Sunday, June 21, 2009

On the Subject of Undead

A missive from Solomon Resni to the Fort Balasar guard and fellow adventurers:

Friends, the honorable Lord Balasar has requested that I share with you the information Hagen and I have gained on our recent, ill-starred expedition to the monastery of Pelor. It is my hope that this may help you in your future battles against the walking dead, and allow you to avoid taking losses as grievous as ours. In addition to various vicious wildlife, our group encountered two varieties of undead, both made from the risen corpses of humans.

Ghouls: are strong and fast, and by consequence very difficult to hit in battle. Their claws can immobilize a target, but do not hinder its ability to attack or cast spells. Once they have immobilized their prey, they proceed to bite it, dealing grievous injuries and fully paralyzing the victim. Approach with extreme caution; were it not for the heroic actions of my companion Hagen, I would be currently residing in a ghoul's gullet, and would not be able to convey this information to you.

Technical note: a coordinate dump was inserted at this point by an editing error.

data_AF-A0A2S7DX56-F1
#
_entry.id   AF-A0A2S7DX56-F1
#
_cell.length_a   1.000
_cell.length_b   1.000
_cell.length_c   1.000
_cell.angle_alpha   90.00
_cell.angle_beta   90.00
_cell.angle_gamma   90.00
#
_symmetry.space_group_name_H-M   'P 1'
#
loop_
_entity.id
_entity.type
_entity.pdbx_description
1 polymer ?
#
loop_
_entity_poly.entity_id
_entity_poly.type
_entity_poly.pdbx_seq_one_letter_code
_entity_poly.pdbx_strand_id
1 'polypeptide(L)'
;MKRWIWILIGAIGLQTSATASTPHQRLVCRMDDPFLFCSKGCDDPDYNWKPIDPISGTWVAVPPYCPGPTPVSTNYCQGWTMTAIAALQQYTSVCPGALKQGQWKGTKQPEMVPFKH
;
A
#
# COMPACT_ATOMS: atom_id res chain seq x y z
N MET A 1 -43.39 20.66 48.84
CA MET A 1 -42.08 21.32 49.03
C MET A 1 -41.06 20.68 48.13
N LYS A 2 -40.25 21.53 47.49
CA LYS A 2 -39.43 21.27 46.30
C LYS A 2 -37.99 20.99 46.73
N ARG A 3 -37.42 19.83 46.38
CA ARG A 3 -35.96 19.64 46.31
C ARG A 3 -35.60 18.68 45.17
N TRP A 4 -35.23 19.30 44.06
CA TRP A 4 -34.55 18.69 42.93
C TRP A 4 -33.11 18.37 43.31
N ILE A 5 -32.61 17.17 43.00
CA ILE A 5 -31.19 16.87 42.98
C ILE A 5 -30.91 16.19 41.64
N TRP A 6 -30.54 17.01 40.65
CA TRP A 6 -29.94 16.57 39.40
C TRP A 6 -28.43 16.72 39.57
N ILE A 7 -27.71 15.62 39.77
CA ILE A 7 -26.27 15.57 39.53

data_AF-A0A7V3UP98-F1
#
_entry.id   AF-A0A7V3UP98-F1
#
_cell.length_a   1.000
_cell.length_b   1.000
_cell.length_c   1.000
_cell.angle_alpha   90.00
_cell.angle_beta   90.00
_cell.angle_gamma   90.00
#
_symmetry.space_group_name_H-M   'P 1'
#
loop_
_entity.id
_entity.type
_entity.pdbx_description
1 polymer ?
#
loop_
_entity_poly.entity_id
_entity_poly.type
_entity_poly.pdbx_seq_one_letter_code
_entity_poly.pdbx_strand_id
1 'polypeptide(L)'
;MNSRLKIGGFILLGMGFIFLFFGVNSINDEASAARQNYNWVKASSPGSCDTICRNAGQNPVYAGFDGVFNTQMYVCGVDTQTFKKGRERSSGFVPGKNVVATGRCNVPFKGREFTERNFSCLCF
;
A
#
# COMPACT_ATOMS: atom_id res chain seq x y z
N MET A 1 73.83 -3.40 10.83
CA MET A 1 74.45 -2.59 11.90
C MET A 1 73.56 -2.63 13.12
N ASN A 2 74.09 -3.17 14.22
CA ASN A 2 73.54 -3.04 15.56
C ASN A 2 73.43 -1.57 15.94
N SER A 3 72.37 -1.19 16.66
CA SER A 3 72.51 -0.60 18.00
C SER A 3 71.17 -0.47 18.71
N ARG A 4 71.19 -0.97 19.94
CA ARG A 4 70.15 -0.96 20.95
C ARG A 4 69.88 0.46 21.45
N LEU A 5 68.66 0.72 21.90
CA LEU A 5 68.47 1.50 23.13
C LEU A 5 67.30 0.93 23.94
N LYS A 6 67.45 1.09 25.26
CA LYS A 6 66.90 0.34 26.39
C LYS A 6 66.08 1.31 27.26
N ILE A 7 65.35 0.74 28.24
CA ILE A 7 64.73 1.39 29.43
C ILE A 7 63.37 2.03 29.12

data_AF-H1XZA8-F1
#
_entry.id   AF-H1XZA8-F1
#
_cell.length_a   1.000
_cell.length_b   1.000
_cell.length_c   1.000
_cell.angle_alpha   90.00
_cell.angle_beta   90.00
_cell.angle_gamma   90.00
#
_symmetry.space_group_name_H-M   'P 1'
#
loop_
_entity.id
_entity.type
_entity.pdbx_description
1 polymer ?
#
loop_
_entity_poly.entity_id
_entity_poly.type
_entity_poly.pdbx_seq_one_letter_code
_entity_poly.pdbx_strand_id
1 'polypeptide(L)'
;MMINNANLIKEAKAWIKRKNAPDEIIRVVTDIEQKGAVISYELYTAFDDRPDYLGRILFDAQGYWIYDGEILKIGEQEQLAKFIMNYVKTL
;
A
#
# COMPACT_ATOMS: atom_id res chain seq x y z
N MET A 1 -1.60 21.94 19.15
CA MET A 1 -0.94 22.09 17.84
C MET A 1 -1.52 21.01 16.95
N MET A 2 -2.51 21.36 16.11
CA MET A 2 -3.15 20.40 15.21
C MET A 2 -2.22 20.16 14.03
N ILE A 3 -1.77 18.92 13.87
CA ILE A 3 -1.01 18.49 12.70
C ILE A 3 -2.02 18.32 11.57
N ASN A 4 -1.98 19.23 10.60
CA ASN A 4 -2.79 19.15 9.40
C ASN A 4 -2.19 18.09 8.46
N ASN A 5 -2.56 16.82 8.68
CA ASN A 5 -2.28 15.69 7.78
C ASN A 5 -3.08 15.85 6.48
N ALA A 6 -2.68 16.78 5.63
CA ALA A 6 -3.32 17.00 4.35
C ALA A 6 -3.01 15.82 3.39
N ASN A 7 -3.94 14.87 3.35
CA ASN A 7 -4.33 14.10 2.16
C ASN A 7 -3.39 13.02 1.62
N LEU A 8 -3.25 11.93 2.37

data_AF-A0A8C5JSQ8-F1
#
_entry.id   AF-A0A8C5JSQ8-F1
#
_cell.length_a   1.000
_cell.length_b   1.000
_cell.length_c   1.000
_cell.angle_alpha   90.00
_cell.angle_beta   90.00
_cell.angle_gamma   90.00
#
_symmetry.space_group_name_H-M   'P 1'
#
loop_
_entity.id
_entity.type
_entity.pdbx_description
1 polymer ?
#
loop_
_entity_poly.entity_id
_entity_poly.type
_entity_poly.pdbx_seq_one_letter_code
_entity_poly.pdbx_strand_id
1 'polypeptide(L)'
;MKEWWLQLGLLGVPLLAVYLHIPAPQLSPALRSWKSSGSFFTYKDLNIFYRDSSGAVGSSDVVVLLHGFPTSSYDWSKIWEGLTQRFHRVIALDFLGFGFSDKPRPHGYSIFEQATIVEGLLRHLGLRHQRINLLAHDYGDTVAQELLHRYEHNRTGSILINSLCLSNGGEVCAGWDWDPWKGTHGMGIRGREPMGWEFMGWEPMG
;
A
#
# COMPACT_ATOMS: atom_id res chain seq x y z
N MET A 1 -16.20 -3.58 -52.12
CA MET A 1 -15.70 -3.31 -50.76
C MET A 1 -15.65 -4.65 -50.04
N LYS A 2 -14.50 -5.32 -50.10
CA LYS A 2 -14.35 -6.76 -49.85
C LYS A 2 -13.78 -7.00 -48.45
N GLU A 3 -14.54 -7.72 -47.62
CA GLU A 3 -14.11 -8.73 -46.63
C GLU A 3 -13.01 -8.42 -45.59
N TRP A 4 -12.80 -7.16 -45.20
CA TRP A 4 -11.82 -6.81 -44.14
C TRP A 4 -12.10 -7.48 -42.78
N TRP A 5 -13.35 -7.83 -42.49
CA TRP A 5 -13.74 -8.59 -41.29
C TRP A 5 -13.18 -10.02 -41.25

Wights: are less dangerous than ghouls, but still more than a match for a young adventurer. They can dart in and out of combat, dealing no direct harm, but seizing tactical advantage wherever they may find it. Their life-stealing touch deals relatively little direct damage, but consumes one of the target's healing surges.

Both types of monster are fully vulnerable to divine powers of turning and abjuration, and I recommend that any group that sets out to face such horrors bring along a priest, holy knight, or the like. Moreover, because both wights and ghouls are surprisingly quick and maneuverable for shambling corpses, it is advisable to fight them on open terrain. Cover can be useful against them, but only if it is not cover that they can use against you when they draw in close. Finally, both are unable to harm from a distance, and so if one can get into a tower, up a cliff, or otherwise put impassable terrain between themselves and their undead foes, one should remain safe.

Yours, Solomon Resni

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